You're viewing our new website - find out more

Publication - Consultation paper

Fire and smoke alarms in Scottish homes consultation: partial business and regulatory impact assessment

Published: 18 Sep 2017

Partial impact assessment published in connection with consultation on new standards for fire and smoke alarms in Scottish housing.

14 page PDF


14 page PDF


Fire and smoke alarms in Scottish homes consultation: partial business and regulatory impact assessment
9. Summary and Recommendations

14 page PDF


9. Summary and Recommendations

The proposals and options outlined in the Consultation on Fire and Smoke alarms in Scottish homes were developed in response to the tragic fire in Grenfell Tower on 14 June 2017. The Ministerial Working Group, which first met on 20 June to oversee a review of building and fire safety regulations, prioritised this consultation to consider setting more stringent fire and smoke alarm requirements, where required, in Scottish homes.

In Scotland, the highest current standards for smoke and fire alarms are in new build housing and in the private rented sector. It is proposed that any new requirements should be based on these standards. These are that there should be at least one functioning smoke alarm in the living room, one in every hallway and landing, a heat alarm in the kitchen, and all alarms should be hard wired and interlinked.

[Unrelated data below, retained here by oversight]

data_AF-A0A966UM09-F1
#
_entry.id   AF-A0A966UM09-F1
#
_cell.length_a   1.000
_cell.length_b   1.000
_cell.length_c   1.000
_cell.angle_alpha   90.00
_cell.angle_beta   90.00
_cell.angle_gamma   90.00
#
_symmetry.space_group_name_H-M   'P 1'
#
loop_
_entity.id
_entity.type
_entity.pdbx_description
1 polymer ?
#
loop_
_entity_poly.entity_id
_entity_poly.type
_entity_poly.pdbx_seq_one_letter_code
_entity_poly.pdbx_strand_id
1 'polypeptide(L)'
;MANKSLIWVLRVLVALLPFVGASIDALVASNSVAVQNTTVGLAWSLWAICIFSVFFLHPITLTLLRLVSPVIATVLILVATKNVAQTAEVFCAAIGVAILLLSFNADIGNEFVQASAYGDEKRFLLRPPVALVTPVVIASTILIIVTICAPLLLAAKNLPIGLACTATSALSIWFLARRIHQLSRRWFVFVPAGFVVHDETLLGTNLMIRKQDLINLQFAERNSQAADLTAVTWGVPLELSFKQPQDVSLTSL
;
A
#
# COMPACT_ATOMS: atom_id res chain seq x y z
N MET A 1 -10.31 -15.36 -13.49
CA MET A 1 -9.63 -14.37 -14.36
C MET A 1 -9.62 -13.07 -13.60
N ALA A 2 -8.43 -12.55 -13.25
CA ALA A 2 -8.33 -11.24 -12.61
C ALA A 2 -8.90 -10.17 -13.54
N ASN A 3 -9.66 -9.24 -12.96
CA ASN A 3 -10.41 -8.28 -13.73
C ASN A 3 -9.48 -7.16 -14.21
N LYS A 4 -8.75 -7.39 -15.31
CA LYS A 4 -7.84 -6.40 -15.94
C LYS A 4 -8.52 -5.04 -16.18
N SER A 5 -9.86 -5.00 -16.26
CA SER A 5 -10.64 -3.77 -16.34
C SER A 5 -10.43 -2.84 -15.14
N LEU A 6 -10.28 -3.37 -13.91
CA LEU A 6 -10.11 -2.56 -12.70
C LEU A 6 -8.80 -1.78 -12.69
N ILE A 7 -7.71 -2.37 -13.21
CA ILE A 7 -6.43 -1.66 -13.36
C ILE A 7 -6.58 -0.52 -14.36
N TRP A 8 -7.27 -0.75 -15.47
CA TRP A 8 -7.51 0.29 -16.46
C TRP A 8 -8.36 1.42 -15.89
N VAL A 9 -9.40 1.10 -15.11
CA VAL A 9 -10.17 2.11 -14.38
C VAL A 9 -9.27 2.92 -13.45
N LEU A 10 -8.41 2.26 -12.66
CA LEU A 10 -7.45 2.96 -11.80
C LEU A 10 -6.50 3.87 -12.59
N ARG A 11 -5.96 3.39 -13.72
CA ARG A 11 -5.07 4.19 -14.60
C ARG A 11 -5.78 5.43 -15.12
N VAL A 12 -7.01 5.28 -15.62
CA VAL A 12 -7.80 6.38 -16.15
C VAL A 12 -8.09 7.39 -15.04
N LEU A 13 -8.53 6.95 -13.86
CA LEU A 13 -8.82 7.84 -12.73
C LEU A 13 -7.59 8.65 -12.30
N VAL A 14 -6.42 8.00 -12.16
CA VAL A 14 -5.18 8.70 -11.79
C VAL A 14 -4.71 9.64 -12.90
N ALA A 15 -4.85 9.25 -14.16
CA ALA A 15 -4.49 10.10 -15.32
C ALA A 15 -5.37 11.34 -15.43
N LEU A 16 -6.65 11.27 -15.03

Recommendations for consideration include:

A. Applying a higher standard to social rented housing
B. Applying a new standard to flats, irrespective of tenure
C. Applying a new standard to flats only in high-rise buildings, irrespective of tenure
D. Applying a new standard to all housing, irrespective of tenure

As detailed above, it is proposed that each of these options are in line with the standard currently applicable to the private rented sector.

Views on each option are invited as part of the consultation process.

Summary of costs and benefits

The cost of purchasing and installing fire alarms will be relatively modest, particularly in relation to the costs of loss of life and damage to property which can result from a serious fire. The final costs for individual dwellings will depend on the final form of the requirements and the built form of individual properties, which can vary significantly.

Benefits will be in the form of a reduction in the fatality rate of dwelling fires in Scotland, a potential reduction in the costs of treating those with non-fatal injuries, a potential reduction in the costs of the Scottish Fire and Rescue Service and a reduction in the damaged caused to properties in fires.


Email: Simon Roberts,

Phone: 0300 244 4000 – Central Enquiry Unit

The Scottish Government
St Andrew's House
Regent Road